The following is an excerpt from "The Stars and Planets" by Ian Ridpath regarding The Great Tarantula Nebula: "The Tarantula is larger and brighter than any nebula in the Milky Way. If it were as close to us as the Orion Nebula, the Tarantula would fill the entire constellation of Orion and cast shadows on Earth!"


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Meteors through the SMC and LMC

Well now, the Perseids Meteor Shower is rocking! 50 degree long silvery streaks are blazing out of the north. They are leaving long smoky white trails hour after hour!

On one night even before the peak, during SSSP Dennis Young, myself and others saw a BRIGHT GREEN FIRE BALL go south in between the SMC and LMC. It breaks into TWO GREEN BLAZES OF LIGHT. This meteor was by far a great highlight of our observations and in our utter joy and dismay, we all screamed at this sight in total astro delight!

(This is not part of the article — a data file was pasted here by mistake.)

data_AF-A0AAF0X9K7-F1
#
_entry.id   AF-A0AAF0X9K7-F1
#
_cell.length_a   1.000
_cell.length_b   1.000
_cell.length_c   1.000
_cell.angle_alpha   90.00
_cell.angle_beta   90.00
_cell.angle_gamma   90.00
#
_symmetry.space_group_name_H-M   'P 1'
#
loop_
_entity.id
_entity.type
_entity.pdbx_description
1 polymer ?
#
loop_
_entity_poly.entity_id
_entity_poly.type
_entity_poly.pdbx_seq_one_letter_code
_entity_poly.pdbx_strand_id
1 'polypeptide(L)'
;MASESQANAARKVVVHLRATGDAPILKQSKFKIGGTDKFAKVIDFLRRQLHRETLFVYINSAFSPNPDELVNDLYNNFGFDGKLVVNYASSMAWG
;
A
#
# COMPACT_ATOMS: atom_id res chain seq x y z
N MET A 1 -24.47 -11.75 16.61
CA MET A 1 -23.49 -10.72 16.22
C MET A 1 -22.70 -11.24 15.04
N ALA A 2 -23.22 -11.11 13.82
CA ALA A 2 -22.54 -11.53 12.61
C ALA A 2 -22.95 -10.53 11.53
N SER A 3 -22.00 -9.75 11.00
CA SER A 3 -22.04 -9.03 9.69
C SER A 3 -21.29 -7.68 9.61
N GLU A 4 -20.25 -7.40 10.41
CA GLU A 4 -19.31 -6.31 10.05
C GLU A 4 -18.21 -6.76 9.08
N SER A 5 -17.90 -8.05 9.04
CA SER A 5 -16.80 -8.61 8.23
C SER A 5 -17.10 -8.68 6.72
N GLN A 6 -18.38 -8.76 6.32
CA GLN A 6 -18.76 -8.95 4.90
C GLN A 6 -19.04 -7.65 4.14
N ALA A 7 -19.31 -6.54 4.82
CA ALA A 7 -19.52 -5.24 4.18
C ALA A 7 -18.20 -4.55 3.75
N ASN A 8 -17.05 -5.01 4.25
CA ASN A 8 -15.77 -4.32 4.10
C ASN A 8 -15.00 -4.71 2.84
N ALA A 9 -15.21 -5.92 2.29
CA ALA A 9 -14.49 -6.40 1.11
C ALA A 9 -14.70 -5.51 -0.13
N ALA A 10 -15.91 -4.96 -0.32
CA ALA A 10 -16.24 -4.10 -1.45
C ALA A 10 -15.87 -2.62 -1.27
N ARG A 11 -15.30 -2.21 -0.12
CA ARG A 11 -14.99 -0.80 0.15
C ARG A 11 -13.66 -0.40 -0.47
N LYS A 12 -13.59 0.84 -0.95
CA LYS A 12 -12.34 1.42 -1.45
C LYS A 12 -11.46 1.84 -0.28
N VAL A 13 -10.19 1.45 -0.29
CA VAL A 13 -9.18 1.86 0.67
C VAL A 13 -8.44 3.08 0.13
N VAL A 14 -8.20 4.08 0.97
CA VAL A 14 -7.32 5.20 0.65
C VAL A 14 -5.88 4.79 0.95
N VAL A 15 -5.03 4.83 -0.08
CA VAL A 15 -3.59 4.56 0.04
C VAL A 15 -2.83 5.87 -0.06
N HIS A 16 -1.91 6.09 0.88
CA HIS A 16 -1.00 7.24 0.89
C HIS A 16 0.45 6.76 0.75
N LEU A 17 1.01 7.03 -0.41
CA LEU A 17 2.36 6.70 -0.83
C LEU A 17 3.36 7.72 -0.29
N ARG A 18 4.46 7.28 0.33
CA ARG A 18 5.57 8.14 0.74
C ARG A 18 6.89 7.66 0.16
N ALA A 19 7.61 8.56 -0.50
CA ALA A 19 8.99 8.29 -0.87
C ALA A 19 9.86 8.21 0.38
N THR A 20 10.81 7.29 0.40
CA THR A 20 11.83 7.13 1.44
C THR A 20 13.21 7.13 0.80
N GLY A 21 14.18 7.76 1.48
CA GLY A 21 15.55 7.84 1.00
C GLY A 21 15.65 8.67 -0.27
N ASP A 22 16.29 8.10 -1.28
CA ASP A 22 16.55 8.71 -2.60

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Group shot with David Levy

Well now I've been getting ready for the second Star Party. Oh, I forgot to tell you, another group of just five more hard core observers are on their way down to Bolivia. It is headed by Comet Guru, SL9 co-discoverer, the one and only........ David Levy!

David has a shirt on that reads; "My Damm Comet Crashed!" of course referring to the Shoemaker-Levy9 comet that hit Jupiter in July of 1994. So I'm going through my notes and making a list of all the goodies in the best fields I can think of that I've seen in the last 27 days to show them!


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The group at dinner time